Legal Research: Purpose, Planning and Publication

Legal Research: Purpose, Planning and Publication
22 Nov 2018

Lawyers must be able to do research and should be able to do it well in order to honour their obligations, be those obligations commercial, in the field of criminal justice, constitutional, judicial or academic. Yet much confusion surrounds the nature of research, the need for lawyers and law students to undertake research projects, the requirements for the dissemination of the results, and their impact on policy and practice. Why is legal research needed? What does it entail? Where should one begin? What methods are used for legal research? What are the ethical issues involved? How does one go about publishing the results of one’s research in law, and which are the appropriate publication platforms? How should the quality of legal research be judged?

Legal Research: Purpose, Planning and Publication seeks to begin answering these questions, to introduce law students to legal research, and perhaps even to open up some new perspectives for those in the legal community who wish to sharpen their research skills.

The guidelines and views in Legal Research are not offered as hard doctrine, but rather as a route map for a journey of discovery, during which readers may develop their own approach to the production of valuable legal research results.

Legal Research provides an introduction to ease the way for legal researchers, especially those with little expertise and experience, and perhaps to open a debate among the more experienced lawyers, who have not yet given much thought to the matter, about developing and improving our understanding of legal research in South Africa.

Contents include:

  • Introduction
  • Research and legal research
    • Research
    • History of legal research
    • Theory and philosophy
    • Legal research
    • Academic research
  • Research planning
    • Where to begin: the topic
    • The research question (problem) and title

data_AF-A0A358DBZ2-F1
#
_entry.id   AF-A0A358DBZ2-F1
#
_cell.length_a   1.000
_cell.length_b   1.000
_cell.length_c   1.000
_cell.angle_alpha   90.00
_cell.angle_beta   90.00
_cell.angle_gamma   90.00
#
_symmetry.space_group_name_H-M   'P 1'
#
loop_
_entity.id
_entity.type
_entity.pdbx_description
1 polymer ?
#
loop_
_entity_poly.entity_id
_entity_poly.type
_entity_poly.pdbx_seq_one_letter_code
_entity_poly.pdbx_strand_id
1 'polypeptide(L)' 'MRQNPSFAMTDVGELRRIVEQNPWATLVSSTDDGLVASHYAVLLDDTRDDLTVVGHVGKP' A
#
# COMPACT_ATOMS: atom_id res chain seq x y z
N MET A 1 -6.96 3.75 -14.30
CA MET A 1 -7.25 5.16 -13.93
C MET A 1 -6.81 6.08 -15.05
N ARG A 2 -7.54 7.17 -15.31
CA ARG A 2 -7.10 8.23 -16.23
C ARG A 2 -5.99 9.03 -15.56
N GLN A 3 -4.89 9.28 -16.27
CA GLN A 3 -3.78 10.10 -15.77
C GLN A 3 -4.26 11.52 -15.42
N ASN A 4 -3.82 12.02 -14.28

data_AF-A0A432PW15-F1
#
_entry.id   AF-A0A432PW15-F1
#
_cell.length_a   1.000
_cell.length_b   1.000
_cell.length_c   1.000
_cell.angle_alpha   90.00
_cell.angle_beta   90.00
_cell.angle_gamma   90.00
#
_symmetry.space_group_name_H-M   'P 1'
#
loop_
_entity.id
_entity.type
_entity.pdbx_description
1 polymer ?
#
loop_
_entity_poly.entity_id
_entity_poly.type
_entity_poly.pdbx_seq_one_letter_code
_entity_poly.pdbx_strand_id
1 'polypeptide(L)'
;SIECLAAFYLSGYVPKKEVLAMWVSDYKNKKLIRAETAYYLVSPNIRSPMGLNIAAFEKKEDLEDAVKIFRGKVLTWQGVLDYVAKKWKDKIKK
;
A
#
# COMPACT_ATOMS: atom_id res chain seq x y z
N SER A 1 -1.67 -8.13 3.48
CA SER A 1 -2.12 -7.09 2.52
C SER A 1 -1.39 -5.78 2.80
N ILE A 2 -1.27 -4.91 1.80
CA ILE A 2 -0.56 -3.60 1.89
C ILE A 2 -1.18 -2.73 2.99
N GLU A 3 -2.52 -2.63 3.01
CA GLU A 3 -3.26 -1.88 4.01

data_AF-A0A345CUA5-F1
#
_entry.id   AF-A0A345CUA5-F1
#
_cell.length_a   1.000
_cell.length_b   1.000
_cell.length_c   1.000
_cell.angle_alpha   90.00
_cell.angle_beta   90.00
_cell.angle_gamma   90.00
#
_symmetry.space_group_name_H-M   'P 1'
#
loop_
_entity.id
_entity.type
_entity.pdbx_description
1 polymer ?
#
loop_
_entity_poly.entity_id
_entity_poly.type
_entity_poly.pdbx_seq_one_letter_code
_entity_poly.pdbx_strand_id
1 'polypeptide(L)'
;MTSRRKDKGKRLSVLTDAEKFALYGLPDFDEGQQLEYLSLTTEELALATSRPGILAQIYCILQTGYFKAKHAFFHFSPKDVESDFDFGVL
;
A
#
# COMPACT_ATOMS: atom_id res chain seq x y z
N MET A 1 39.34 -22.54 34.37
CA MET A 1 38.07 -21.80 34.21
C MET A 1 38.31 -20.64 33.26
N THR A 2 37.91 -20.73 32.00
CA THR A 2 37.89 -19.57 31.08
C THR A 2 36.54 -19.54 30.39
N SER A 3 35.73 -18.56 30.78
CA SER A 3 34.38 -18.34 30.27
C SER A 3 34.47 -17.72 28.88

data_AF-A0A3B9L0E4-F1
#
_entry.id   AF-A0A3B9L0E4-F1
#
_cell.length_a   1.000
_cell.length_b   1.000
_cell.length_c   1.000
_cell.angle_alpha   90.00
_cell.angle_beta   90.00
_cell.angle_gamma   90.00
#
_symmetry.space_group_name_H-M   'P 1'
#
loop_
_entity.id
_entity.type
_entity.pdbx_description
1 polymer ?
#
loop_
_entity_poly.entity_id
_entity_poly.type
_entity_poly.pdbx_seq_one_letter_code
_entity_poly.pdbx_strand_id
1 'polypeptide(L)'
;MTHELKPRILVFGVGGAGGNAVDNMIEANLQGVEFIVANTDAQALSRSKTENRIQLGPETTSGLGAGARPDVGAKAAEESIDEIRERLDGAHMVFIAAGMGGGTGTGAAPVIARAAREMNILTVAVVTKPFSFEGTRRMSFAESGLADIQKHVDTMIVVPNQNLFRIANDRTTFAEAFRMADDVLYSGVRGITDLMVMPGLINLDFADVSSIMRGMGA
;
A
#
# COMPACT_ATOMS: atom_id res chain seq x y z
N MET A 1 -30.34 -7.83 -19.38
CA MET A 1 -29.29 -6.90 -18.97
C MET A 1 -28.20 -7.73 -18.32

• The research proposal
  • Research methods
    • Law as a research discipline
    • Spectrum of methods and approaches
    • Literature study and sources
    • Legal history
    • Legal theory
    • Comparative research
  • Executing the research plan
    • Mining the sources
    • Composing your text
    • Concluding a research project
    • Final edit and finishing touches
  • Sources, libraries and resources
    • Primary and secondary sources of law
    • The library
    • Electronic resources
    • Citation of sources and reference styles
    • Word processing and other software
    • Research travelling
    • Funding your research
  • Publication, research ethics and assessment
    • Forms of publication
    • Which publication platform?
    • Ethics
    • Plagiarism
    • Critique and criticism
    • Deadlines
    • Obligations to editors, publishers, sponsors and readers
    • Assessment

Of interest to:

  • Legal practitioners
  • Legal academics
  • Law students

Contact Juta via the blue “Get in touch” button to ask for more information.

The following book may also interest you: Public Procurement Regulation for 21st Century Africa

(This article is provided for informational purposes only and not for the purpose of providing legal advice. For more information on the topic, please contact the author/s or the relevant provider.)
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